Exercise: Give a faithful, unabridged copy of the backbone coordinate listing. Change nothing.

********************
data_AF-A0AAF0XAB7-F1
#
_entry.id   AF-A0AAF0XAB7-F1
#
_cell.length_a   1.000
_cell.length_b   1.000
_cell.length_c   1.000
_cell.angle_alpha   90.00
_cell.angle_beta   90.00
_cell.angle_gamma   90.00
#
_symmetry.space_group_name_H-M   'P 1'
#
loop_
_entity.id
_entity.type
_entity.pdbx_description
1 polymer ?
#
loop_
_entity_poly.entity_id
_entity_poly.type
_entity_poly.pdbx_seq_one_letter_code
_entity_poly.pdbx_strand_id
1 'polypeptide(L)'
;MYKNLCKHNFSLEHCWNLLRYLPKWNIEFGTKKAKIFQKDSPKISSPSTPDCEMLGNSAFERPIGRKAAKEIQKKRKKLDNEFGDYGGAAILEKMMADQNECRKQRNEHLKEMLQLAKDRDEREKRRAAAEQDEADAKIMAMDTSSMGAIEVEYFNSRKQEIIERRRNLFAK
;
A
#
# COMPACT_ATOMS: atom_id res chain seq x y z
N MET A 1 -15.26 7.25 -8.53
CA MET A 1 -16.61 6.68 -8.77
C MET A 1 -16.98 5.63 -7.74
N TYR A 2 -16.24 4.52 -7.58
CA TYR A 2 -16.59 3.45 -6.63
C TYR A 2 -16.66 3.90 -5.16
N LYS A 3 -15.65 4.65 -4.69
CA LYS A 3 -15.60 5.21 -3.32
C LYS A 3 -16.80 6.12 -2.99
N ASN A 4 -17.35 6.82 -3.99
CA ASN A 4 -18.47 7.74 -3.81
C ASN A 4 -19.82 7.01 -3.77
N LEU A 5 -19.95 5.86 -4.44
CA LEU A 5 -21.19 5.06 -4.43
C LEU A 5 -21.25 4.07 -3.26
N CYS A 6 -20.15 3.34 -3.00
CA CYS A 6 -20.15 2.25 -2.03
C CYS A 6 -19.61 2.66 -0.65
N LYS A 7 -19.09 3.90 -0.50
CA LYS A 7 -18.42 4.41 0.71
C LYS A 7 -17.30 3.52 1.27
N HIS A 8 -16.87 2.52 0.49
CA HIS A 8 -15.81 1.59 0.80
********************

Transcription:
data_AF-A0AAF0XAB7-F1
#
_entry.id   AF-A0AAF0XAB7-F1
#
_cell.length_a   1.000
_cell.length_b   1.000
_cell.length_c   1.000
_cell.angle_alpha   90.00
_cell.angle_beta   90.00
_cell.angle_gamma   90.00
#
_symmetry.space_group_name_H-M   'P 1'
#
loop_
_entity.id
_entity.type
_entity.pdbx_description
1 polymer ?
#
loop_
_entity_poly.entity_id
_entity_poly.type
_entity_poly.pdbx_seq_one_letter_code
_entity_poly.pdbx_strand_id
1 'polypeptide(L)'
;MYKNLCKHNFSLEHCWNLLRYLPKWNIEFGTKKAKIFQKDSPKISSPSTPDCEMLGNSAFERPIGRKAAKEIQKKRKKLDNEFGDYGGAAILEKMMADQNECRKQRNEHLKEMLQLAKDRDEREKRRAAAEQDEADAKIMAMDTSSMGAIEVEYFNSRKQEIIERRRNLFAK
;
A
#
# COMPACT_ATOMS: atom_id res chain seq x y z
N MET A 1 -15.26 7.25 -8.53
CA MET A 1 -16.61 6.68 -8.77
C MET A 1 -16.98 5.63 -7.74
N TYR A 2 -16.24 4.52 -7.58
CA TYR A 2 -16.59 3.45 -6.63
C TYR A 2 -16.66 3.90 -5.16
N LYS A 3 -15.65 4.65 -4.69
CA LYS A 3 -15.60 5.21 -3.32
C LYS A 3 -16.80 6.12 -2.99
N ASN A 4 -17.35 6.82 -3.99
CA ASN A 4 -18.47 7.74 -3.81
C ASN A 4 -19.82 7.01 -3.77
N LEU A 5 -19.95 5.86 -4.44
CA LEU A 5 -21.19 5.06 -4.43
C LEU A 5 -21.25 4.07 -3.26
N CYS A 6 -20.15 3.34 -3.00
CA CYS A 6 -20.15 2.25 -2.03
C CYS A 6 -19.61 2.66 -0.65
N LYS A 7 -19.09 3.90 -0.50
CA LYS A 7 -18.42 4.41 0.71
C LYS A 7 -17.30 3.52 1.27
N HIS A 8 -16.87 2.52 0.49
CA HIS A 8 -15.81 1.59 0.80